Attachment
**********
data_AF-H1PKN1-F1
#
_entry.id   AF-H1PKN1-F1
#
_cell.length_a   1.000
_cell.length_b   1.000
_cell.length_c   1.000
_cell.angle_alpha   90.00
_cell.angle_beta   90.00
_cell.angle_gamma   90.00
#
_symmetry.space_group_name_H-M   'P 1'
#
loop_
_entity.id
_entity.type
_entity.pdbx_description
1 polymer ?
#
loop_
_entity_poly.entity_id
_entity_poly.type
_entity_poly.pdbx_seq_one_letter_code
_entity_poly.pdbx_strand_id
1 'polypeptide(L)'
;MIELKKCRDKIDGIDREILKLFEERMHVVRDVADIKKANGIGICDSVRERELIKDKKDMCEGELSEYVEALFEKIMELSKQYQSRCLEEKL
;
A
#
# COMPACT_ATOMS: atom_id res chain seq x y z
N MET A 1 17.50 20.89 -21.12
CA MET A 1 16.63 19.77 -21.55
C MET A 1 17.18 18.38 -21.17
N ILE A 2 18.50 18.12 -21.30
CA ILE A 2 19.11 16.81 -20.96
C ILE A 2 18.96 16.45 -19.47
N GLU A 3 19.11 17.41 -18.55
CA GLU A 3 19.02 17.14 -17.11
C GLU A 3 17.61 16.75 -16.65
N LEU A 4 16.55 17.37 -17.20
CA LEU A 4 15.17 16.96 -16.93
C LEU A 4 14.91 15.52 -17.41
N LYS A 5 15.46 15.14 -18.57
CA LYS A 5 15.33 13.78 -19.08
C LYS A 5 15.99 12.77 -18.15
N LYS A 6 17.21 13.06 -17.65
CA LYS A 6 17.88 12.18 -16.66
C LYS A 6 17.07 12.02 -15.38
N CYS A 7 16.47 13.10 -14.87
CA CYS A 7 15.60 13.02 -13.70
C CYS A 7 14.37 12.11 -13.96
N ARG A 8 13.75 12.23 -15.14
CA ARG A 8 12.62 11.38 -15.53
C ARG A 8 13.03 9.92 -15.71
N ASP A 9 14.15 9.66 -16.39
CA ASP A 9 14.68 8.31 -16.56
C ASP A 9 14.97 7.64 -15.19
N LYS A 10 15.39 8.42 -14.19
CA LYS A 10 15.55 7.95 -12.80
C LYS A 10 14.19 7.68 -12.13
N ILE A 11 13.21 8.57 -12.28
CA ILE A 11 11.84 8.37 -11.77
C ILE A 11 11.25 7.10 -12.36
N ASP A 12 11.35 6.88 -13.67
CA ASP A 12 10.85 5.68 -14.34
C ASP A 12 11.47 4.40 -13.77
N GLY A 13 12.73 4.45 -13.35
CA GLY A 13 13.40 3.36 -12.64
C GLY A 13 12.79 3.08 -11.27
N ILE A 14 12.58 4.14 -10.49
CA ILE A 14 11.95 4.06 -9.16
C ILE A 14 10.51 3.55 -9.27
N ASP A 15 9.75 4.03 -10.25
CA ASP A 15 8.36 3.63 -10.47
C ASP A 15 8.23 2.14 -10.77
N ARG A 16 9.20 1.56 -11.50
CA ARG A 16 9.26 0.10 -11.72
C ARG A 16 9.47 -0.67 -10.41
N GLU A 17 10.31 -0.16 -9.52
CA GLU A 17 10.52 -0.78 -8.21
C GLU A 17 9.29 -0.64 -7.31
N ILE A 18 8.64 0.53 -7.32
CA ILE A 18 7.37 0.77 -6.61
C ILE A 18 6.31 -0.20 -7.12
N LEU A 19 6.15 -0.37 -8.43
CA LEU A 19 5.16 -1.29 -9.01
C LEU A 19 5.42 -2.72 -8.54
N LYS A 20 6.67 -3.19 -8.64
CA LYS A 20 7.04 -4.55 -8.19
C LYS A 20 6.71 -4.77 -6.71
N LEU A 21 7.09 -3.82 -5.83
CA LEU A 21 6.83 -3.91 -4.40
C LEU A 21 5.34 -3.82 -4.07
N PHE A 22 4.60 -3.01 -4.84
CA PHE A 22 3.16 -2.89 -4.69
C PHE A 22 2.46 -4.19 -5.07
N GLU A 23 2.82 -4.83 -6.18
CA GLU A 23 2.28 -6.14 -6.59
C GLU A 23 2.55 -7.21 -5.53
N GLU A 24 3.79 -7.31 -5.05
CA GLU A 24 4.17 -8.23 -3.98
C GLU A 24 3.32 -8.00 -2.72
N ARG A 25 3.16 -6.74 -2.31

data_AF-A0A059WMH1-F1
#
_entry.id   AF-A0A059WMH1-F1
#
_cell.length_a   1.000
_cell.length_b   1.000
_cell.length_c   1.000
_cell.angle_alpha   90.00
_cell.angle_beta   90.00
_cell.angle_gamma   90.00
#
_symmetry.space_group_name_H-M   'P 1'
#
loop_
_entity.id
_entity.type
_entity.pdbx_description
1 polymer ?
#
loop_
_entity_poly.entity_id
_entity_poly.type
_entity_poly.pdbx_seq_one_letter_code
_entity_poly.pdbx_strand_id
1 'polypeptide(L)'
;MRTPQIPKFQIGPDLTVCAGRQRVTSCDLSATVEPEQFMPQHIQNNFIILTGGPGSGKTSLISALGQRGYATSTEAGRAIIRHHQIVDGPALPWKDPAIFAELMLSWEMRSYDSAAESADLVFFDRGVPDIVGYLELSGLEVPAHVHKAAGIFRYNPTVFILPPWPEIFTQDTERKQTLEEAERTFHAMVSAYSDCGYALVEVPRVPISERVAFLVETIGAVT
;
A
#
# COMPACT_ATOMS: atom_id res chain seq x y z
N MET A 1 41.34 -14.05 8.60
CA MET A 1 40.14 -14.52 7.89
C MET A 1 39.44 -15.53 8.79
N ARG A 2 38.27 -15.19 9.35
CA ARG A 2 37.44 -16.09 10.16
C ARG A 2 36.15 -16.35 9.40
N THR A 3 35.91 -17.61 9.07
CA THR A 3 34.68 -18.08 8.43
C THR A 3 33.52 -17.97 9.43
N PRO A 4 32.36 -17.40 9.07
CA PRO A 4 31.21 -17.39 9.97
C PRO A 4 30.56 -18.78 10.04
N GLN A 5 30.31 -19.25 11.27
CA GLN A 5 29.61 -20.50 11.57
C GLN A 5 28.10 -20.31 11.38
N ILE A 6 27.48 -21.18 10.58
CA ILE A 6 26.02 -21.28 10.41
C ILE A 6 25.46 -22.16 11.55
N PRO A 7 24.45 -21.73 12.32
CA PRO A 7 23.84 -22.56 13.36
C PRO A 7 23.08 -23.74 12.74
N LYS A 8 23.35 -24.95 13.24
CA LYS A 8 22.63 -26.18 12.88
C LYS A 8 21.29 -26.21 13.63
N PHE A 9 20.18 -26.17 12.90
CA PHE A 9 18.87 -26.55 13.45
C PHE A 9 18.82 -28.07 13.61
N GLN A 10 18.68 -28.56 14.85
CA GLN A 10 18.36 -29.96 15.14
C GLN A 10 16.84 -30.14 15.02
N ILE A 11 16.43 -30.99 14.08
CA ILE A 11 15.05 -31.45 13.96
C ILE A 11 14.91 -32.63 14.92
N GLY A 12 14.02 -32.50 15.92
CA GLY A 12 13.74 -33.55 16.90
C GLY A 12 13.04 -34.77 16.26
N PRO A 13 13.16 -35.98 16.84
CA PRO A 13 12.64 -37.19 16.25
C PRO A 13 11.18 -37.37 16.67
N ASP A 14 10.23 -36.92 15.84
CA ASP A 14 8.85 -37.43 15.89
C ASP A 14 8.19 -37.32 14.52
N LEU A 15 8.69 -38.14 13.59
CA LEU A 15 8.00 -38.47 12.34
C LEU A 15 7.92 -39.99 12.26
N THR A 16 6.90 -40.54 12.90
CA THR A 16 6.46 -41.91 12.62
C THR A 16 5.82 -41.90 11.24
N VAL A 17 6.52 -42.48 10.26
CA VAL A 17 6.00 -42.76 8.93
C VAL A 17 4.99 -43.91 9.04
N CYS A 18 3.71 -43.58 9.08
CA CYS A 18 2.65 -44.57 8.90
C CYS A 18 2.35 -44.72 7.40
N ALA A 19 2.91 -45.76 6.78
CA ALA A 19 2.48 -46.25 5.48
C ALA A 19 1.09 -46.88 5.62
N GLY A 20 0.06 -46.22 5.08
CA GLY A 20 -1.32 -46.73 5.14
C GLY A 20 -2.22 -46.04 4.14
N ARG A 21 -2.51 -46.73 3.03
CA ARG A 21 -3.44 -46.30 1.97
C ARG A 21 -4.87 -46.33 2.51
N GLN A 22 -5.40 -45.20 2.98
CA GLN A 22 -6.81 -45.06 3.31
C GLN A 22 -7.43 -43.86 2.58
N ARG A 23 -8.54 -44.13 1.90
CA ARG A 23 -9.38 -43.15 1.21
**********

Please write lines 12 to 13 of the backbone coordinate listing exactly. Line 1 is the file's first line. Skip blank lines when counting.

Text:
_symmetry.space_group_name_H-M   'P 1'
#